Antichrist (18)

What the devil's going on here?
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The Independent Culture

Fainting couches at the ready: here is Lars von Trier's much-heralded shocker.

Having already caused a stir at Cannes, where they love walk-outs and booing almost more than cinema itself, Antichrist had a lot to live up (or perhaps down) to. Whatever you thought of Von Trier's previous work – and I've found most of it eminently resistible – nothing quite prepares you for this bizarre bundle of horror tropes and quasi-religious allusions. It assaults the eye like fragments of a nightmare, its impact undeniable but its meaning largely unfathomable: as with so much of this director's output, the principal motive is to affront.

This is how it goes. A prologue, shot in car-advert black and white and soundtracked by a Handel aria, recounts a domestic tragedy: while a nameless couple make love one night, their toddler climbs to an open window and falls to his death from their high-rise apartment. Poleaxed by guilt and grief, his parents retreat to a remote cabin in the woods – called, with no significance whatsoever, Eden – where they try to come to terms with their traumatic feelings of loss. He (Willem Dafoe), being a therapist, makes it his personal mission to help her (Charlotte Gainsbourg) crawl out from what is obviously a very dark pit of despair. This struggle seems to have touched a personal chord with Von Trier, who has admitted that he wrote the script during a serious bout of depression – it was "a kind of therapy," he said, "a test to see if I would ever make another film." Perhaps that rationale might explain why Antichrist often appears to be on the verge of hysterical breakdown; if this film were a person you would contact the medical services immediately.

At first, the atmosphere in their woodland hideaway is merely brooding. The couple sense their isolation amid nature: falling acorns keep a steady percussive patter on the cabin's roof, predatory birds perch in the trees, lichen stains Dafoe's arm after he leaves the bedroom window open. Meanwhile, his rehabilitation programme on her proceeds uncertainly. They do some therapeutic role-playing, with him as the steady, slightly bullying voice of reason, and her as the unstable patient, always prey to sudden tumultuous bursts of rage. (He's taken her off medication, too). Something, as they say, has got to give, though what form that something will take is unforeseeable. Initially, the danger seems to emanate from "nature" herself. Dafoe, out walking in the woods, happens upon a wounded fox which, er, speaks, but this is no Animal Magic with Johnny Morris. This is nature red in tooth and claw.

Then the mood changes again after Dafoe discovers evidence suggesting that all is not well inside Gainsbourg's head. Photographs come to light of their child regularly wearing his shoes on the wrong feet. In the cabin attic he finds her research on a thesis about "gynocide" and witchcraft, with medieaval drawings of women under torture. Having drawn out her demons, he gets more than he bargained for once her taste for rough sex tips into a maenad-like lust for pain. Things go right off the deep end when she makes a sadistic attack on him, rather like Kathy Bates did on James Caan in Misery, only without the shivers of black comedy. Attempts to keep a handle on what's happening quickly run into the sand, and one returns to the director's confession of his methods: "Images were composed free of logic or dramatic thinking. They often came from dreams I was having at the time." That last admission amounts to a writer giving himself carte blanche to free-associate, and to hell with coherence.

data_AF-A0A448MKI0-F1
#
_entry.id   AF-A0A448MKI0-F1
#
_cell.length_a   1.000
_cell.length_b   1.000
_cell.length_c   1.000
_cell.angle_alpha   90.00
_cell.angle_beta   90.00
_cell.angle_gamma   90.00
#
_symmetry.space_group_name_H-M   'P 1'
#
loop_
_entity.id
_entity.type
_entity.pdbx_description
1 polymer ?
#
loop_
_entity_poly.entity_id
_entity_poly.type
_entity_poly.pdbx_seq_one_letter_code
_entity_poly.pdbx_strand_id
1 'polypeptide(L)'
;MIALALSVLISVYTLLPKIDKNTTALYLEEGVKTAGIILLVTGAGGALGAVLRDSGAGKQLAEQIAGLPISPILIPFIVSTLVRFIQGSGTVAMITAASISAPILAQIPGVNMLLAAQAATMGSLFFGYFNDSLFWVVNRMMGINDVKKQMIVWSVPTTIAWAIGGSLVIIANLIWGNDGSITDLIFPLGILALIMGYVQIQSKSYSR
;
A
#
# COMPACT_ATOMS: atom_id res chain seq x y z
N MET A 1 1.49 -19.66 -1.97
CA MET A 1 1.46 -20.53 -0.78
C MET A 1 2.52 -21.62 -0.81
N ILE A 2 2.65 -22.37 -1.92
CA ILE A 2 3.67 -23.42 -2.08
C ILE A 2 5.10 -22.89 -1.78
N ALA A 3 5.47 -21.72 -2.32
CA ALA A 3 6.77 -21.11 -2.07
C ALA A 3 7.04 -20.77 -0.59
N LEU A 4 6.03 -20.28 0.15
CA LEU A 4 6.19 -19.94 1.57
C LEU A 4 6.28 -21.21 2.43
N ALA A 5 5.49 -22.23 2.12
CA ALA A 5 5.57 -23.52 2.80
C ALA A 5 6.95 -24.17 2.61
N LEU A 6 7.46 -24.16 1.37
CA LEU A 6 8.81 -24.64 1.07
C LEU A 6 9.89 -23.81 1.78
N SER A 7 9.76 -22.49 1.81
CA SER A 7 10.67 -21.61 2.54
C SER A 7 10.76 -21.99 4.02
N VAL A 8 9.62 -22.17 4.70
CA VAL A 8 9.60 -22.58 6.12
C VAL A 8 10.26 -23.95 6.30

By the end one is picking a path through so much symbolic and allegorical wreckage that meaning becomes as slippery as mercury. Is Gainsbourg's genital self-mutilation her ultimate act of atonement for her child's death, or is it more evidence of Von Trier's allegedly low opinion of women? He would deny misogyny, but given the violent indignities he has inflicted on his leading ladies before – Emily Watson in Breaking the Waves, Björk in the surpassingly terrible Dancer in the Dark, Nicole Kidman in Dogville – he clearly doesn't care about being accused of it. Is Gainsbourg's maiming of Dafoe and her attempted burial of him an oblique comment on marriage, or is it a sly reference to Dafoe's suffering in the title role of The Last Temptation of Christ? It's so outlandish that at times you wonder if Von Trier himself knows what's going on. It would not be surprising to learn that he's making it all up as he goes along.

Partly the problem with Antichrist is that it's not badly made, or at least not badly enough to dismiss out of hand. It's elegantly shot and lit by Slumdog Millionaire DP Anthony Dod Mantle, and the two actors, however incredible or insufferable their characters, give the film their absolute commitment. More of a problem is that it's actually quite boring. I think this comes of a film-maker who sees himself primarily as a provocateur. Von Trier thinks he has secured a triumph if he can make viewers throw up, or faint, or walk out of the cinema. Sometimes it can work, if he has control of his material (as he did in Breaking the Waves). But here he seems to have let his unconscious choose what direction the film will take. Henry James once made the distinction between life as "all inclusion and confusion" and art as "all discrimination and selection". The great artist imposes shape, pattern, order; the mediocre artist just throws stuff at the wall and hopes audiences will gasp. They may gasp at Antichrist, but it will be no tribute to Von Trier's artistry.